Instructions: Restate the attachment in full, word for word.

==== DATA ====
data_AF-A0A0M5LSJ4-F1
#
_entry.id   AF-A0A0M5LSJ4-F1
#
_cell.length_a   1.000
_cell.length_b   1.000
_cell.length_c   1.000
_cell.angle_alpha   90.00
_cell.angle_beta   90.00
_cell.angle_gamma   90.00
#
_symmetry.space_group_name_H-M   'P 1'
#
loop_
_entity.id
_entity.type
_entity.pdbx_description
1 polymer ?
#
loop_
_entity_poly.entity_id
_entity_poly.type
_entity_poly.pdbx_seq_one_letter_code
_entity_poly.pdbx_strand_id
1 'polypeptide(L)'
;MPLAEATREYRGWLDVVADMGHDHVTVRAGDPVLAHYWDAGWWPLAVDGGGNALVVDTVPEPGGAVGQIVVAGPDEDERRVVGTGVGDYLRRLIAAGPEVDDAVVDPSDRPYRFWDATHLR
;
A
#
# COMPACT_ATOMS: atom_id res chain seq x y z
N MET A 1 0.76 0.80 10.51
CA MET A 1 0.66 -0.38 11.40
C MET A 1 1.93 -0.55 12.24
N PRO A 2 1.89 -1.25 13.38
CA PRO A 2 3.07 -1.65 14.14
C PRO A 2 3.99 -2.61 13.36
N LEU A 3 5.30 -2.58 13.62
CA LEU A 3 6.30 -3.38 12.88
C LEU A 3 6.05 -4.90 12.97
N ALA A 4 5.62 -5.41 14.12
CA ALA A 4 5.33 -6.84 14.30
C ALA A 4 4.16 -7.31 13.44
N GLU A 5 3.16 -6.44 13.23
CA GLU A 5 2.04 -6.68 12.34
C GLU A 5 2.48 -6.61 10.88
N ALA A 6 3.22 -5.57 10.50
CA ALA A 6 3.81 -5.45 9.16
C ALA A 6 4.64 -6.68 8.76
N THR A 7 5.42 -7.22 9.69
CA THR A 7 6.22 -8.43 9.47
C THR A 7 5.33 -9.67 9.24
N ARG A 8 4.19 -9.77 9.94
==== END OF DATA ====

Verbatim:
data_AF-A0A0M5LSJ4-F1
#
_entry.id   AF-A0A0M5LSJ4-F1
#
_cell.length_a   1.000
_cell.length_b   1.000
_cell.length_c   1.000
_cell.angle_alpha   90.00
_cell.angle_beta   90.00
_cell.angle_gamma   90.00
#
_symmetry.space_group_name_H-M   'P 1'
#
loop_
_entity.id
_entity.type
_entity.pdbx_description
1 polymer ?
#
loop_
_entity_poly.entity_id
_entity_poly.type
_entity_poly.pdbx_seq_one_letter_code
_entity_poly.pdbx_strand_id
1 'polypeptide(L)'
;MPLAEATREYRGWLDVVADMGHDHVTVRAGDPVLAHYWDAGWWPLAVDGGGNALVVDTVPEPGGAVGQIVVAGPDEDERRVVGTGVGDYLRRLIAAGPEVDDAVVDPSDRPYRFWDATHLR
;
A
#
# COMPACT_ATOMS: atom_id res chain seq x y z
N MET A 1 0.76 0.80 10.51
CA MET A 1 0.66 -0.38 11.40
C MET A 1 1.93 -0.55 12.24
N PRO A 2 1.89 -1.25 13.38
CA PRO A 2 3.07 -1.65 14.14
C PRO A 2 3.99 -2.61 13.36
N LEU A 3 5.30 -2.58 13.62
CA LEU A 3 6.30 -3.38 12.88
C LEU A 3 6.05 -4.90 12.97
N ALA A 4 5.62 -5.41 14.12
CA ALA A 4 5.33 -6.84 14.30
C ALA A 4 4.16 -7.31 13.44
N GLU A 5 3.16 -6.44 13.23
CA GLU A 5 2.04 -6.68 12.34
C GLU A 5 2.48 -6.61 10.88
N ALA A 6 3.22 -5.57 10.50
CA ALA A 6 3.81 -5.45 9.16
C ALA A 6 4.64 -6.68 8.76
N THR A 7 5.42 -7.22 9.69
CA THR A 7 6.22 -8.43 9.47
C THR A 7 5.33 -9.67 9.24
N ARG A 8 4.19 -9.77 9.94